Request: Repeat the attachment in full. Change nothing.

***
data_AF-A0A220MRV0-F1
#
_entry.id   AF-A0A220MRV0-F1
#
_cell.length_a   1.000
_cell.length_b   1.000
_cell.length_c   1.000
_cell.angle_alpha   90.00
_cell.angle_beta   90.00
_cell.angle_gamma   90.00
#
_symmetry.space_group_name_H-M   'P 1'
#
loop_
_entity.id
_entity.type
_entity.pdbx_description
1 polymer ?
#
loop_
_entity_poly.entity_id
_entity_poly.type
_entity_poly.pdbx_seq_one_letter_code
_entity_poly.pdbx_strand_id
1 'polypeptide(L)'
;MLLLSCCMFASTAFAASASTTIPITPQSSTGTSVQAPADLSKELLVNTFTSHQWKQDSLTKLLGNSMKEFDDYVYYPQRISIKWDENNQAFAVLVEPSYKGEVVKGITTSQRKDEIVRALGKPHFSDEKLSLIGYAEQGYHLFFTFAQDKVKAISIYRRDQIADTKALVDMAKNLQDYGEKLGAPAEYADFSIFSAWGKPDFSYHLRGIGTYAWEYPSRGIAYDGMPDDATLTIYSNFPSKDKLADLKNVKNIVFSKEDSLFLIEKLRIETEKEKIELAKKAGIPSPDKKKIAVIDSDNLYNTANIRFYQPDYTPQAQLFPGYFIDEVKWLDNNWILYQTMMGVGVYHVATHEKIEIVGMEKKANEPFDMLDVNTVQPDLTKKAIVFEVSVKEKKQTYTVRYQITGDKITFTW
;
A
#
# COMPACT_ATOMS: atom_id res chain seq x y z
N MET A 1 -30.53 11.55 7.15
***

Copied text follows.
data_AF-A0A220MRV0-F1
#
_entry.id   AF-A0A220MRV0-F1
#
_cell.length_a   1.000
_cell.length_b   1.000
_cell.length_c   1.000
_cell.angle_alpha   90.00
_cell.angle_beta   90.00
_cell.angle_gamma   90.00
#
_symmetry.space_group_name_H-M   'P 1'
#
loop_
_entity.id
_entity.type
_entity.pdbx_description
1 polymer ?
#
loop_
_entity_poly.entity_id
_entity_poly.type
_entity_poly.pdbx_seq_one_letter_code
_entity_poly.pdbx_strand_id
1 'polypeptide(L)'
;MLLLSCCMFASTAFAASASTTIPITPQSSTGTSVQAPADLSKELLVNTFTSHQWKQDSLTKLLGNSMKEFDDYVYYPQRISIKWDENNQAFAVLVEPSYKGEVVKGITTSQRKDEIVRALGKPHFSDEKLSLIGYAEQGYHLFFTFAQDKVKAISIYRRDQIADTKALVDMAKNLQDYGEKLGAPAEYADFSIFSAWGKPDFSYHLRGIGTYAWEYPSRGIAYDGMPDDATLTIYSNFPSKDKLADLKNVKNIVFSKEDSLFLIEKLRIETEKEKIELAKKAGIPSPDKKKIAVIDSDNLYNTANIRFYQPDYTPQAQLFPGYFIDEVKWLDNNWILYQTMMGVGVYHVATHEKIEIVGMEKKANEPFDMLDVNTVQPDLTKKAIVFEVSVKEKKQTYTVRYQITGDKITFTW
;
A
#
# COMPACT_ATOMS: atom_id res chain seq x y z
N MET A 1 -30.53 11.55 7.15